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October 21st, 2017

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Can We Reconcile the Trump Phenomenon With America's Founding Principles?

David Limbaugh

By David Limbaugh

Published June 3, 2016

Can We Reconcile the Trump Phenomenon With America's Founding Principles?

Apart from the endless question of who always will, who probably will, who may and who never will vote for Donald Trump, I'd like to call a temporary truce between the believers and the skeptics and warn against any conscious abandonment or neglect of our founding principles.

I sense that the Trump movement in some ways presents a false choice — that we either temporarily abandon our principles to save America or preserve our principles and lose America. To the contrary, even if we take drastic action, we must always do so within the constraints of the Constitution — being mindful that to restore America's greatness, we must reclaim our founding principles.

Some Trump supporters will be offended by the suggestion that they want to de-emphasize the Constitution or do not hold Trump to ordinary standards of decency, but I've had many exchanges with Trump supporters in which they have demeaned the Constitution as a bygone relic, a meaningless piece of paper.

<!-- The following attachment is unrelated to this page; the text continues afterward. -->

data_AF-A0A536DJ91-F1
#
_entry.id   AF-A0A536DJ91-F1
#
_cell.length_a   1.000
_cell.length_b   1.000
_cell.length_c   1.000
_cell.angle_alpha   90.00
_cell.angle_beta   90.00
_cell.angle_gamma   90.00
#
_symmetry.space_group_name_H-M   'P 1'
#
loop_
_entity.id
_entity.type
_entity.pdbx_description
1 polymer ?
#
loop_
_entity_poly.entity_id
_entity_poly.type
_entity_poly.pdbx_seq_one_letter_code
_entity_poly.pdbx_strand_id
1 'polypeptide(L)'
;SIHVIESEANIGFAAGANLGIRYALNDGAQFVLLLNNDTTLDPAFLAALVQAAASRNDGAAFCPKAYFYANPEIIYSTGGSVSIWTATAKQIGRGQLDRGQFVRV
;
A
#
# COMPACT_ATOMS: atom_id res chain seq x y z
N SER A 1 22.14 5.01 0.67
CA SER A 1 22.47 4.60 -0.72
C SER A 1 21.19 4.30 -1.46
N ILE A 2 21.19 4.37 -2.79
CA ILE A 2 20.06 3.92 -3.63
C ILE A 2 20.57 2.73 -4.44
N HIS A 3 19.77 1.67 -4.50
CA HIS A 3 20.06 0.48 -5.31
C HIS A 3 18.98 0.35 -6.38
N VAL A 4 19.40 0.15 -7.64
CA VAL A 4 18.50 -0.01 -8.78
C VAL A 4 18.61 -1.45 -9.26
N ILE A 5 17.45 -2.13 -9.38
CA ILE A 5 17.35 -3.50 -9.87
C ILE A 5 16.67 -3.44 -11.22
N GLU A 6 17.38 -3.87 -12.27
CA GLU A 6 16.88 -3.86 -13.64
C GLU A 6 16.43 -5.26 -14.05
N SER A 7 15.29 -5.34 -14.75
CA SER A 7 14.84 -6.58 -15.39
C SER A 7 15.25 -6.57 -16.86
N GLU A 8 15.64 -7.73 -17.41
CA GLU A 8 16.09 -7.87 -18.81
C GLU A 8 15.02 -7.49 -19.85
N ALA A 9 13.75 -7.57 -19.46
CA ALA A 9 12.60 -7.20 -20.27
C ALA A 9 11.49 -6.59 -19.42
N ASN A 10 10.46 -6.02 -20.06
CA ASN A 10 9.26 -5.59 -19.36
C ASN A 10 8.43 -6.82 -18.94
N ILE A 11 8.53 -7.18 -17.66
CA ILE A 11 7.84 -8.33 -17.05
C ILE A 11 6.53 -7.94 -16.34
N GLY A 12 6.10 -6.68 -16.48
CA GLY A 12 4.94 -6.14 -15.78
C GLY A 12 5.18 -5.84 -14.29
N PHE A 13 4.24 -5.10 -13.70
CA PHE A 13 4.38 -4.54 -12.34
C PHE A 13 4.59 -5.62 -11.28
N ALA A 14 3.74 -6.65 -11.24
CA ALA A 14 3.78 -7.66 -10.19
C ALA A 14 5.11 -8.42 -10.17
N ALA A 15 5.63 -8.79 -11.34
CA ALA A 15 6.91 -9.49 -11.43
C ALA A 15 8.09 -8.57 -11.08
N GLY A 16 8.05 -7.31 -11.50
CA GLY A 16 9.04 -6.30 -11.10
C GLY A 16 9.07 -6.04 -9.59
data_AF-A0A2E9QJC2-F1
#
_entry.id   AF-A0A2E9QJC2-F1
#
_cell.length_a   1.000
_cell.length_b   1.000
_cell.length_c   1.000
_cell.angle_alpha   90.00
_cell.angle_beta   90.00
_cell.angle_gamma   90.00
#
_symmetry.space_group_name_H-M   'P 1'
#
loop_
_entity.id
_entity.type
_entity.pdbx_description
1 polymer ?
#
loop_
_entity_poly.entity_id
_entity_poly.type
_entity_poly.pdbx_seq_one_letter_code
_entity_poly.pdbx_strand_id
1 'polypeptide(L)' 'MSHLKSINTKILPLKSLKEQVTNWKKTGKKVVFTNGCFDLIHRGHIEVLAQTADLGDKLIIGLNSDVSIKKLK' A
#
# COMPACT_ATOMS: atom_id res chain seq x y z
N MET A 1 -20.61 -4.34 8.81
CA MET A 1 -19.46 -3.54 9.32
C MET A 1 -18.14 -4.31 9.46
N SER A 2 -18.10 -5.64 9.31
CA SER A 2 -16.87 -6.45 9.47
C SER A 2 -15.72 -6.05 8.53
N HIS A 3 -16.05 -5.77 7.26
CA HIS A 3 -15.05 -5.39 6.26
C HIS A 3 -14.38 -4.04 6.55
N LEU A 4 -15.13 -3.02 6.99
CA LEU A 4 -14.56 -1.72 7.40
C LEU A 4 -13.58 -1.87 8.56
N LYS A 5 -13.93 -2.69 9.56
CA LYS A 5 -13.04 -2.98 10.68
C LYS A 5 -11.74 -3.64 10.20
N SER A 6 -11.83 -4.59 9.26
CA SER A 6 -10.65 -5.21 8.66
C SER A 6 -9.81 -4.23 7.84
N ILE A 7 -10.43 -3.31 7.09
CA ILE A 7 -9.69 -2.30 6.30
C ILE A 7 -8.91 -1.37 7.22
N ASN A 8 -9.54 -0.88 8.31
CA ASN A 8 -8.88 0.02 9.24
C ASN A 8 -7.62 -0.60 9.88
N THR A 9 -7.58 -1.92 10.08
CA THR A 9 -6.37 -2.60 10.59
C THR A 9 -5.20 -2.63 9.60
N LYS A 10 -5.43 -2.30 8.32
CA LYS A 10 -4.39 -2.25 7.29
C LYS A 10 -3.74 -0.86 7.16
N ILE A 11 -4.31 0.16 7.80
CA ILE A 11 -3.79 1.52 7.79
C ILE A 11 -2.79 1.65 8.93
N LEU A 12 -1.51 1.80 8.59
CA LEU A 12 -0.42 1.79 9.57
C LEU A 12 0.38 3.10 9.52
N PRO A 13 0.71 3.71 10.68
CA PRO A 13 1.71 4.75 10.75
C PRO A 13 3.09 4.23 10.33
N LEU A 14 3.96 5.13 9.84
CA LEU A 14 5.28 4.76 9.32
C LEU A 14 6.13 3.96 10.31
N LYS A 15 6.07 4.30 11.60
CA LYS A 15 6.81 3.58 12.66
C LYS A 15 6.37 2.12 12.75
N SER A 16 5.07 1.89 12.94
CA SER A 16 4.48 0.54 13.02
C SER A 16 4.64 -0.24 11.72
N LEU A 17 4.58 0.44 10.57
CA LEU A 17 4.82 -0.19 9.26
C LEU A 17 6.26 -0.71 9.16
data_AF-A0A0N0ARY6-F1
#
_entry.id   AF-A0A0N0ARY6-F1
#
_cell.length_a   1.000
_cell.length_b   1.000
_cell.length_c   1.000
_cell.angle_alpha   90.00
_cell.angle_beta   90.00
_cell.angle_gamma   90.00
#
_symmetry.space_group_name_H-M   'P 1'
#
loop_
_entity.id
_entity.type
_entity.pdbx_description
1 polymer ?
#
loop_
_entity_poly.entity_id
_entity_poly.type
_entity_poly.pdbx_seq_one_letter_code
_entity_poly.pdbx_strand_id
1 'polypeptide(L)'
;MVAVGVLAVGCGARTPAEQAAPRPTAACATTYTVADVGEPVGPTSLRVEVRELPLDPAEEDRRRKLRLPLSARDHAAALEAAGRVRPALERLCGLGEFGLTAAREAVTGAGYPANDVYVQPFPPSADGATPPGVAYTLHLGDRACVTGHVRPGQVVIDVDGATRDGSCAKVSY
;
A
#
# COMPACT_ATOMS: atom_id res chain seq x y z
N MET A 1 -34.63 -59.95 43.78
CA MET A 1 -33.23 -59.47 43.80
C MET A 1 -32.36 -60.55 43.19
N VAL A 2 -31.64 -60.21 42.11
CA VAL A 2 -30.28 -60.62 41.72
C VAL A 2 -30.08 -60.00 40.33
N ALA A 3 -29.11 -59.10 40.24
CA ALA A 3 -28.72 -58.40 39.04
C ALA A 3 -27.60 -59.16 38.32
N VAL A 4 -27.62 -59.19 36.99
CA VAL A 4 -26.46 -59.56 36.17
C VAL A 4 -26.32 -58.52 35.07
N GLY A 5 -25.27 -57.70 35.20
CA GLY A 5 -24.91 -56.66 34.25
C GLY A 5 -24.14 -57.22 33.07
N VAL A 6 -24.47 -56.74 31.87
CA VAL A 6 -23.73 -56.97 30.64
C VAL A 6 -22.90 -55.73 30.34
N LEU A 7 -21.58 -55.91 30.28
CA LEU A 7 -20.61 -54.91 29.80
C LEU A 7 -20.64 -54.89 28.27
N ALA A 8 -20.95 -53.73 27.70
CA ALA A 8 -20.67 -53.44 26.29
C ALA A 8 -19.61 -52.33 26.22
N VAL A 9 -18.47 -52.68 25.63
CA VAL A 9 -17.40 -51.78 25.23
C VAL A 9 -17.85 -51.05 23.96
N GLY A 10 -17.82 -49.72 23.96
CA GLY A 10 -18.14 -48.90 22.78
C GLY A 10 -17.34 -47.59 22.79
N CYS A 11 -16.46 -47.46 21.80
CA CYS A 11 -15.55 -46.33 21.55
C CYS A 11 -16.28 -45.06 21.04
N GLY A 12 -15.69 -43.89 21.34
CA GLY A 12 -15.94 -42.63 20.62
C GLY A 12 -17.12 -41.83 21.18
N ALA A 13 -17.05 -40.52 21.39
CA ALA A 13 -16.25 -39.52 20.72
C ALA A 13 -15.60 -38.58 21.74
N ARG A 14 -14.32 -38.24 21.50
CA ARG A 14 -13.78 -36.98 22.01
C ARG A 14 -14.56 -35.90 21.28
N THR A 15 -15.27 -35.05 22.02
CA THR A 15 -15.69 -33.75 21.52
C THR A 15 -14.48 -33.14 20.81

I refuse to believe that to combat leftism we must abandon our founding principles, our standards of decency and our aspirations for a noble, virtuous and civil society. If, as a Trump supporter, you agree with me, then this column is not meant for you, but if you disagree, please indulge my sappiness for a moment.

The gravity of this issue hit home to me as I was watching, with two of my daughters, an online lecture by Hillsdale College President Larry Arnn on Western civilization. I wish everyone could hear Arnn's inspiring message on the critical importance of studying Western civilization and how ignorance of our history and founding principles has directly contributed to the situation in which we now find ourselves.

Arnn said: "We live in a time when a kind of blight has settled on the world because of doctrines that were adopted in America ... in the 19th and 20th centuries. ... So we've lost a lot because of that. We don't teach old and high things in school the way we used to, and ignorance of those things is everywhere — and that's a threat to our freedom. Hillsdale has an old commitment to the principles of our country and an old belief announced in the founding document that learning the right things is necessary to perpetuate our freedom and our justice in America."

It's not enough to say "we will make America great again." Closing the borders is vital, but it's not the only thing that matters.

I share the angst of Trump supporters toward the left and the establishment, and I'm deeply concerned by the current miserable condition the nation is in. Indeed, constitutional conservatives have been fighting against these foes longer than most Trump supporters, but there's no point in bickering over that now.